Lois Chichinoff Thadei is a master Aleut weaver. Aleut weavers of the Aleutian Islands have harvested, processed, prepared, and woven objects with fine natural grasses from these islands for centuries. Thadei was introduced to methods of this traditional art in a residential boarding school in Minnesota. She shared and learned cultural information there, often at night and in secret, with the possibility of being punished if she was discovered. She and others wove stitches underneath their blankets, if only to enjoy them for a few moments before they would rip them apart to avoid being punished. Thadei believes this experience taught her to make quick, certain movements, and to make each one count. Despite the cultural trauma and many other challenges faced by Thadei, her strong, unyielding passion to learn the art of Aleut weaving prevailed.
She has received many awards and honors for her work; including winning second place in woven regalia for a cedar rain hat in 1998 from Northwest Indian Art, second prize in basketry for a cedar utility basket in 1999 from Northwest Indian Art, and an award for a cedar utility basket in 2000 from the Urban Indian Art Show in Tacoma. Her art has been featured in exhibits in Russia, Oregon, and Washington. She was also invited to the Washington State Lt. Governor’s 2007 show at the Washington State capitol. Lois has also won a fellowship from the First Peoples Fund in 1999 and a First Peoples Fund Cultural Capital Fellowship, which allowed her to document Aleut weavings in private collections in Washington.
Thadei believes that this artistic tradition is a necessity for the well-being of her community. Grass woven products were used for many different objects with many different purposes including insulation, decoration, and cooking. Weavers wove the spirit of themselves and their communities into their works. These works are snapshots of history and the voices of past generations speaking to present and future generations.
As a recipient of the 2009 Apprenticeship grant, Thadei will teach the art of Aleut weaving to Shannon Huber. Huber was chosen because she has a passion for learning the art and a determination to constantly improve upon her weaving techniques. She also has a great willingness to teach others the skills she has learned. Thadei will be teaching Huber to work with both waxed linen and coastal grasses that are cured over the course of six to eight weeks. She will also teach her dyeing and the stories about and history of Aleut weaving. This will help Huber and others ultimately identify the strength of and pride in their culture through these baskets.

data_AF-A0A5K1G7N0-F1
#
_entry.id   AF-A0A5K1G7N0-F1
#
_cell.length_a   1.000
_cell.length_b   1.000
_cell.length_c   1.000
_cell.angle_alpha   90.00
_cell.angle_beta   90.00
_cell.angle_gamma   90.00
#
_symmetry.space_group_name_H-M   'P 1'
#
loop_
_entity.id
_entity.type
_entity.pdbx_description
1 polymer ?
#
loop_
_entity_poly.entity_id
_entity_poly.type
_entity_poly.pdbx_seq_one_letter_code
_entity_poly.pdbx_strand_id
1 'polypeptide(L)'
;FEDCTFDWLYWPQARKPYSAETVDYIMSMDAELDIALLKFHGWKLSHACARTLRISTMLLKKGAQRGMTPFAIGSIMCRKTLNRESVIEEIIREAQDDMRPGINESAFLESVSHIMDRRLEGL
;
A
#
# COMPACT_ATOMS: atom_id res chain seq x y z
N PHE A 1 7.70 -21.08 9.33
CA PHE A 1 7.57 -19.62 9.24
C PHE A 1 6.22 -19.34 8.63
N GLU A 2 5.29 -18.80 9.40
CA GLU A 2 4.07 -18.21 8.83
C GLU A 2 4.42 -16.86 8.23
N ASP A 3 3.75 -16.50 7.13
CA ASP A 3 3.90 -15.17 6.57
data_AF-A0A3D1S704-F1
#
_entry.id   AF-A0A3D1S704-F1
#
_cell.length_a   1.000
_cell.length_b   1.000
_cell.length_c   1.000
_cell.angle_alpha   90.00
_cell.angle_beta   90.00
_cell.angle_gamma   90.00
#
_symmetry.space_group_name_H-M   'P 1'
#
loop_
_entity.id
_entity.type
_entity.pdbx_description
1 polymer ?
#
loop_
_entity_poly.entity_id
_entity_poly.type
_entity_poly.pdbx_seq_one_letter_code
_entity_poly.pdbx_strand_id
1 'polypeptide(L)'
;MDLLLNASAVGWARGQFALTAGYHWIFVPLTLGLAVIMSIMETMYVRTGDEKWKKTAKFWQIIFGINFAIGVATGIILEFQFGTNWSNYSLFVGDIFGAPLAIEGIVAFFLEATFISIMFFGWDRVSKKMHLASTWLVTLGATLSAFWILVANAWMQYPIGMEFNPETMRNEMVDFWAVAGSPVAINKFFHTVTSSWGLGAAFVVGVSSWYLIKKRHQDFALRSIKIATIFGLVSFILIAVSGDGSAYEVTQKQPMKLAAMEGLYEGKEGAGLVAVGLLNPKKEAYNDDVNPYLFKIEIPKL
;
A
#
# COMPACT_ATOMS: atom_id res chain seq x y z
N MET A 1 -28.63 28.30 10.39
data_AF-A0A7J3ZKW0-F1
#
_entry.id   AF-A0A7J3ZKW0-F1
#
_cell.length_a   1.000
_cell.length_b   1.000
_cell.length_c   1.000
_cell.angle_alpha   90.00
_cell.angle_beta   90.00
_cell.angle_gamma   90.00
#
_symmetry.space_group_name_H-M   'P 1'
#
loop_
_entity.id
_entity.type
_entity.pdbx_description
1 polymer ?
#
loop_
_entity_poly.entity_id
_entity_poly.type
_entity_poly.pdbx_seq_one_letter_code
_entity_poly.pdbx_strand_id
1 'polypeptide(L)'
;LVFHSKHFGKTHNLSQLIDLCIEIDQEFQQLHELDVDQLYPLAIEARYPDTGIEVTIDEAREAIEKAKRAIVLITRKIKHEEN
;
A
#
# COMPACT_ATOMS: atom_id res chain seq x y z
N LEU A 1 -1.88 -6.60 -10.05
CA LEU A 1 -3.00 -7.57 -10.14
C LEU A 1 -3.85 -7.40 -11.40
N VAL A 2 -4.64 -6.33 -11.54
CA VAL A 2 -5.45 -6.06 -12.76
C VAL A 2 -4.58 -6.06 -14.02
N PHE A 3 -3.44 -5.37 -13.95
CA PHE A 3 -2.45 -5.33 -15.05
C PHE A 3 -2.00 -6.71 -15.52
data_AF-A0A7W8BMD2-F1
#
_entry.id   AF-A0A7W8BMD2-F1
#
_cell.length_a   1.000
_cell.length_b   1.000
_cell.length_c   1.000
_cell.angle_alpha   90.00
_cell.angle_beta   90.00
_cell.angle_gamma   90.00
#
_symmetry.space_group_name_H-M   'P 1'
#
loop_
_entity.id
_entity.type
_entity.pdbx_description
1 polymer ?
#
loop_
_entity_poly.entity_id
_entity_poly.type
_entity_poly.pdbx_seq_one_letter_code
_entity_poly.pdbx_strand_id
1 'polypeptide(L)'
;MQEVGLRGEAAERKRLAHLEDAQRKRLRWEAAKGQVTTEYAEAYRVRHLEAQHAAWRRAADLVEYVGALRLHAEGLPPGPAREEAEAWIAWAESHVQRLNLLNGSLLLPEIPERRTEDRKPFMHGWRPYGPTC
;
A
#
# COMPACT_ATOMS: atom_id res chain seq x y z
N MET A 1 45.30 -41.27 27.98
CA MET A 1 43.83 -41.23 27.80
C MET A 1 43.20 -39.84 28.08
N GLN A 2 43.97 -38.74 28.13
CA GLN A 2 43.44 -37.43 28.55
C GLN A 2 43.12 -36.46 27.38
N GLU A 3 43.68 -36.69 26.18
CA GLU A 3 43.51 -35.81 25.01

Huber has been exposed to Aleut folk art throughout her life. Her maternal great grandmother was a basket weaver and another ancestor told her stories of Anfesia Shapsnikoff, a well known Aleut weaver. It was difficult for Huber to find a teacher in the continental United States because Aleutian basket weaving is an uncommon art in this area. After searching for ten years, Huber found Thadei, or “Auntie Louie”. After this apprenticeship, Huber plans on researching local museums for Aleut art. She also wants to strengthen the weaving community by connecting Aleut weavers with weaving students. Both Thadei and Huber believe that teaching this tradition will again tie together younger and older members to learn, share, and connect through the art.
Thadei and Huber plan a public presentation in either Olympia or Tacoma next winter as a part of the project ”Elder’s Whisper”, which documents some of the older Aleut weavings that are part of private collections in Washington State.
“Weaving is the core of my creative expression,” Lois said. “Guided by ancient hands and echoes of voices recently passed, I manipulate materials – the pieces determine their own dimension and form. I offer only the hands, while others are the heart and soul of my work. Printmaking is the documentation of my life experience, and that which I remember of my ancestors. If I keep telling the story, someone will remember and we will not be forgotten.”